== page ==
|Date Range||1800 - 1899|
|Material||Ground Mineral Pigment on Cotton|
|Collection||Zanabazar Museum of Fine Arts|
Shakyamuni Buddha, Previous Life Stories (Sanskrit: jataka. Tibetan: kye rab): from the famous Indian text presenting 34 morality tales drawn from the previous life stories of the historical buddha, Shakyamuni.
#22 The Noble Geese
A Tale of Friendship
In this lifetime the Bodhisattva was the great king of Geese, Dhritarachtra, who ruled his vast flock benevolently. He was always accompanied by his commander and chief, Sumukha. The two were the closest of friends.
Tales and rumors of the glory of the flock, and especially of its king and commander in chief, spread far and wide. Intrigued by what he had heard, a human king named Brahmadatta, the ruler of Varanasi, said to his ministers of state that he would like to see these birds. The ministers hatched a devious scheme to create a beautiful lake at which would be proclaimed daily to be a sanctuary for all birds. It was to be so beautiful that no flock could resist its temptations, and once the king had lured the marvelous Geese there under a false notion of safety, a skilled hunter would spring traps to ensnare the king of geese.
Word of the lakes beauty eventually reached the flock and they became excited and curious. Although slightly weary, the King agreed to travel there. When they arrived, the flock marveled at the glorious lake and all the different types of birds that were taking refuge there. Once the flock became comfortable, the hunter sprung the trap. The king was caught and when the other geese saw this they began to flee in fear. The only one who stayed behind was Sumukha, refusing to leave his masters side.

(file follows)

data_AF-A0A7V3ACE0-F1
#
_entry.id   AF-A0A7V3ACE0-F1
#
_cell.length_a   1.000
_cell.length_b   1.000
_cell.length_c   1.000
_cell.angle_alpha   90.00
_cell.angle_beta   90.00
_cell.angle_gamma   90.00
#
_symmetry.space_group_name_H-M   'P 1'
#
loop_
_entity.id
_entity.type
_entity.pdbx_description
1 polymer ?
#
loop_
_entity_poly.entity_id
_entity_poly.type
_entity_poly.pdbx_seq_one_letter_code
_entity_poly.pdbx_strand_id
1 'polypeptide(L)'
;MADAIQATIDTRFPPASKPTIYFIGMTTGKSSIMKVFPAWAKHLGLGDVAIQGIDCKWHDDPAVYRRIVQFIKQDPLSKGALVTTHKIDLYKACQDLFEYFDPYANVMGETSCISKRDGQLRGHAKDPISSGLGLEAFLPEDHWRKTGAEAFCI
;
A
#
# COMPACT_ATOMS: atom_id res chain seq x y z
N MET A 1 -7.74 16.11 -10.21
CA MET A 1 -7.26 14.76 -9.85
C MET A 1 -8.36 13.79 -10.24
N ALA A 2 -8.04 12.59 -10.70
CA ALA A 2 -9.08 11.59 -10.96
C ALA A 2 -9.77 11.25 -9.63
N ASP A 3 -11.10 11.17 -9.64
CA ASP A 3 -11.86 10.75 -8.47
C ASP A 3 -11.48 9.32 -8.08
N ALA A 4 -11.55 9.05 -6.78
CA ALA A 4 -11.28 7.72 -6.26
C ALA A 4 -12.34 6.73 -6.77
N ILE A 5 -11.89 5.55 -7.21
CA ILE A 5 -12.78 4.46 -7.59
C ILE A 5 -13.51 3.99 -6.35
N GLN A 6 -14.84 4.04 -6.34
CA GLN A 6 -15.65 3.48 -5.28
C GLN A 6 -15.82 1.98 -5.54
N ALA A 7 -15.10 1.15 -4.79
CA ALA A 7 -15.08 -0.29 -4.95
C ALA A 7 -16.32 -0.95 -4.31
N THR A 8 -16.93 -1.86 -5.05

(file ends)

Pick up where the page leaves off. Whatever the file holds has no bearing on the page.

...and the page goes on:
The hunter approached the pair and at first he thought his traps had caught both the geese. Yet when he saw that Sumukha was staying behind with his king out of love and loyalty, his heart overflowed with compassion and amazement. The hunter asked the noble bird why he did not flee and Sumukha, in a clear human voice, stated that he would never abandon his master and friend and that he had stayed with him in times of prosperity and would never even consider leaving him in times of trouble. Sumukha then pleaded with the man to take him instead, explaining that the flock needed their king but could survive without their general. Listening more to the noble words of the goose than to the orders from his human sovereign, the man freed the Goose king. The geese were overjoyed and then told the man that in return for his kindness and mercy, they would both return to the capitol with him on their own accord.
The man and the two geese met with the human king Brahmadatta and were put on thrones in the royal court. After they praised the compassion of the hunter, the three of them all sat and spoke of Dharma and how to properly rule a kingdom, whether it be human or animal. The king declared that although they were mere geese, they were as virtuous and wise as the holiest of teachers. The geese were honored and after a short and pleasant stay in the capitol, they returned to their flock.
Monty Mckeever 9-2005
Key Events in the Story
1. The bodhisattva is the King of Geese.
2. The King of Geese is caught by a trap.
3. His best friend stays with him until freed.